Children's books about suburban sprawl, residential schools up for TD prize

TORONTO - Books about the young Emily Carr, suburban sprawl, and a bird's extinction are in the running for a lucrative children's book award.

The TD Canadian Children's Literature Awards announced five stories in contention for the $30,000 prize.

They include "A Day of Signs and Wonders," written by Victoria's Kit Pearson for HarperTrophy Canada. The fictional tale for ages eight to 12 centres on a young Carr and Victoria socialite Kitty O'Reilly.

"The Skeleton Tree," written by Iain Lawrence of Gabriola Island, B.C., for Tundra Books, is a high seas adventure for ages 10 to 14. "Tokyo Digs a Garden," written by Jon-Erik Lappano of Guelph, Ont., and illustrated by Toronto's Kellen Hatanaka for Groundwood Books, is a "modern fable about suburban sprawl" for ages five to nine.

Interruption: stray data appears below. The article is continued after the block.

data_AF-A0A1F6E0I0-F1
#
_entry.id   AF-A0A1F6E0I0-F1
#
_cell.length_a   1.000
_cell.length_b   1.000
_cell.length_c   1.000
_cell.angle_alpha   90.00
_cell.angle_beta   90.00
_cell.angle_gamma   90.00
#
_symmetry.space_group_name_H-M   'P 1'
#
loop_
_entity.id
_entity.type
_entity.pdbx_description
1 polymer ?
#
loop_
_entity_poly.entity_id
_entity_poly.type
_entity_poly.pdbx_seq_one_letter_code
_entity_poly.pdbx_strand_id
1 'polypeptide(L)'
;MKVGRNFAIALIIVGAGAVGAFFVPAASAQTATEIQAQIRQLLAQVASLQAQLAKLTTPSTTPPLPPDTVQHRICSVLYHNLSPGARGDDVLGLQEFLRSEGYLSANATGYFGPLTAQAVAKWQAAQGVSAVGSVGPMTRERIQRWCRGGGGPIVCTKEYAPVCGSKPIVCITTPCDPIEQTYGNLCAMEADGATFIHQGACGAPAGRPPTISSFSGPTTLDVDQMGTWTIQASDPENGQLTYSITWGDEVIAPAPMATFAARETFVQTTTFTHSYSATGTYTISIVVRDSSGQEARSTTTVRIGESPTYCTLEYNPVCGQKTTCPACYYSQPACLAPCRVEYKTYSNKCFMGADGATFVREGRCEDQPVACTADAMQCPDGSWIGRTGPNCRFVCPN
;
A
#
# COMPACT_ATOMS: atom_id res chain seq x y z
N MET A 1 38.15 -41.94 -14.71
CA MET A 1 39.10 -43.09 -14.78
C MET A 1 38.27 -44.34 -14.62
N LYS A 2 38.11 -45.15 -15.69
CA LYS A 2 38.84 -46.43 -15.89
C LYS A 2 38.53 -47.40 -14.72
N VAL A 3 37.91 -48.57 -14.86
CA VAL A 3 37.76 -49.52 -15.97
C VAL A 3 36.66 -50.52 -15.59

Also in the running is "The Tragic Tale of the Great Auk," written and illustrated by Jan Thornhill of Havelock, Ont., for Groundwood Books. The tale follows a resourceful bird facing great adversity and is for ages nine to 12.

And "When We Were Alone," written by Winnipeg's David Alexander Robertson and illustrated by Vancouver's Julie Flett for HighWater Press, centres on a grandmother who reclaims her culture and language after the horrors of residential school. It's for ages six to nine.

The winner will be announced at a gala in Toronto on Nov. 21.

Young readers can also vote online for their favourite in early October as part of the $5,000 fan choice award.


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